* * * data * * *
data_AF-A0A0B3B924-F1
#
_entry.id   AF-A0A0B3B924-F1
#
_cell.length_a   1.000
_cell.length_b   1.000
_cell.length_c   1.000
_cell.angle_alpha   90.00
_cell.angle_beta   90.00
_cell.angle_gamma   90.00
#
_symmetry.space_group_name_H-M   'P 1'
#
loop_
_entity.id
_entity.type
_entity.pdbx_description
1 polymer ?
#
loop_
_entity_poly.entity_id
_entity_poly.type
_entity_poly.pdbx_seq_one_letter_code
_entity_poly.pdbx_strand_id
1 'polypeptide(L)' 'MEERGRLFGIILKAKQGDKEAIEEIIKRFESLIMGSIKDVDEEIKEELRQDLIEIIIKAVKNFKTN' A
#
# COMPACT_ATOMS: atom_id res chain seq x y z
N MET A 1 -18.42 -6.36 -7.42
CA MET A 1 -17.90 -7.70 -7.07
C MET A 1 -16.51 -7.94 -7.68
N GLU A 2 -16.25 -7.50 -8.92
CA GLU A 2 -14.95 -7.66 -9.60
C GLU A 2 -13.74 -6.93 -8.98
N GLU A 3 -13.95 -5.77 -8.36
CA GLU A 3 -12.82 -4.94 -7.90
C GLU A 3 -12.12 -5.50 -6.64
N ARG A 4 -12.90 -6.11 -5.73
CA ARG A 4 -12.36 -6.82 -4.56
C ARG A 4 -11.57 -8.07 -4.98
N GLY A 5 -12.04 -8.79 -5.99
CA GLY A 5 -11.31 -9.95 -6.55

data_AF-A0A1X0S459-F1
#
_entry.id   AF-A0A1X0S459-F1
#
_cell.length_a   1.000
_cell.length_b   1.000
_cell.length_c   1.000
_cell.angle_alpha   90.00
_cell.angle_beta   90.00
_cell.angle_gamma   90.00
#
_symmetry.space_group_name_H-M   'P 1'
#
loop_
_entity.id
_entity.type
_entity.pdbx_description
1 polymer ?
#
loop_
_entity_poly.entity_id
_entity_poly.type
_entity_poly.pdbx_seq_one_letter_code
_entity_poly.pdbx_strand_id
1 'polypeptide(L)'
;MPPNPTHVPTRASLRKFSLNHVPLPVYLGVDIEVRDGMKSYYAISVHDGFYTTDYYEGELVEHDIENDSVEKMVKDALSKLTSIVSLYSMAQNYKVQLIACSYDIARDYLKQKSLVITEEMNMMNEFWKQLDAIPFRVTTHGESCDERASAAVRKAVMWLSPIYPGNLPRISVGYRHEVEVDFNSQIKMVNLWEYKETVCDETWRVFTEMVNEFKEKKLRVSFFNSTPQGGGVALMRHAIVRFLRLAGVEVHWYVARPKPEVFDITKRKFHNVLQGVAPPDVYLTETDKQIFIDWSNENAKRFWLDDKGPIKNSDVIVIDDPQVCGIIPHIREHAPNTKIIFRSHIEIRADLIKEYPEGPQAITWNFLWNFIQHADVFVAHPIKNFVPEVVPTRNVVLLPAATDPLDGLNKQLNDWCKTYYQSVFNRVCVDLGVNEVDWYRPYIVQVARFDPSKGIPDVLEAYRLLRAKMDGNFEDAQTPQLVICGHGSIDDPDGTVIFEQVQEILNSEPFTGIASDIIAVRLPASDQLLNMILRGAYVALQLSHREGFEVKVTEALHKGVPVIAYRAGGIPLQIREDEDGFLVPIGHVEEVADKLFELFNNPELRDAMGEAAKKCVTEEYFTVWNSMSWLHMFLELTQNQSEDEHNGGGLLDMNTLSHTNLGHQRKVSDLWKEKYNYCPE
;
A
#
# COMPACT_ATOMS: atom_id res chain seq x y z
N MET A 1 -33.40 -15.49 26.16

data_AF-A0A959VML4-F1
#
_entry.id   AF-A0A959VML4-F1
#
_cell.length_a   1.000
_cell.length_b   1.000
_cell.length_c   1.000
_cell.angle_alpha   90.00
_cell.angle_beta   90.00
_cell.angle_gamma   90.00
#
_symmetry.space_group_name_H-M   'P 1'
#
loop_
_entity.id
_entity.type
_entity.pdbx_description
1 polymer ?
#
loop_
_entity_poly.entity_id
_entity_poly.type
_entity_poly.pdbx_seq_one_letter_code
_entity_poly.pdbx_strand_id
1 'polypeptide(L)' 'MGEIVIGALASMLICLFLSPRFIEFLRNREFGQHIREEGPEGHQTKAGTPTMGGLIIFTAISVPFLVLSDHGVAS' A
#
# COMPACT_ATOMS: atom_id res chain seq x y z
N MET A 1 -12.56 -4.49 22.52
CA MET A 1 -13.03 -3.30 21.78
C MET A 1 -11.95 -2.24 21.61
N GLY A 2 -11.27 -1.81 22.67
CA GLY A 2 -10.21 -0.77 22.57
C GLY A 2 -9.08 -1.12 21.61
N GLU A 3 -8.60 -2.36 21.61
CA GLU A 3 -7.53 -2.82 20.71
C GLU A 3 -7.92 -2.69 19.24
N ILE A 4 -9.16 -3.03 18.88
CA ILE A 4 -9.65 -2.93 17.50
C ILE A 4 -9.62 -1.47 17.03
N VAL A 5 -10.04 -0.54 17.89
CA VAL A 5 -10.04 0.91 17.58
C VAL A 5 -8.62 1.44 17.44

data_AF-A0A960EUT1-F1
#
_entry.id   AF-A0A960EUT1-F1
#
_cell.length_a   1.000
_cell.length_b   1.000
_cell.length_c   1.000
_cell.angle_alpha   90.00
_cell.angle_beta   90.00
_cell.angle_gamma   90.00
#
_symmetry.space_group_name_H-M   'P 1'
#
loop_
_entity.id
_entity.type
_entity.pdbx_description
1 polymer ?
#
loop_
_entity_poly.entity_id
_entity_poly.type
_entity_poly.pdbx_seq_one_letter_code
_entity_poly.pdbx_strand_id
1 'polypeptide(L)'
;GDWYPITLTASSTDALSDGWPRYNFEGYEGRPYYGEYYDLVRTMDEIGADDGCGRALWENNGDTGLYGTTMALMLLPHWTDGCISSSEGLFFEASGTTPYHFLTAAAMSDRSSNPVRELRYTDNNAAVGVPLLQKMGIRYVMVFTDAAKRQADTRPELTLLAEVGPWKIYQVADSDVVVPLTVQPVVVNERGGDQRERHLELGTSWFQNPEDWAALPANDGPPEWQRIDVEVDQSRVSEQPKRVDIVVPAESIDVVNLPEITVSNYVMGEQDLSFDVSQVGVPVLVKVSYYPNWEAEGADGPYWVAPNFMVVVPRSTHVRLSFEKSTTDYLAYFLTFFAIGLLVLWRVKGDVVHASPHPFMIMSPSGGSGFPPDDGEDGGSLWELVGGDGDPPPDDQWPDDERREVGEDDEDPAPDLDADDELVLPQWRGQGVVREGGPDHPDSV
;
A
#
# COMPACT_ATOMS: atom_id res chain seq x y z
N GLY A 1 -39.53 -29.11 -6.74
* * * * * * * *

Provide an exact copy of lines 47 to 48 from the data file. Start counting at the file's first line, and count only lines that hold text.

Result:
_cell.length_b   1.000
_cell.length_c   1.000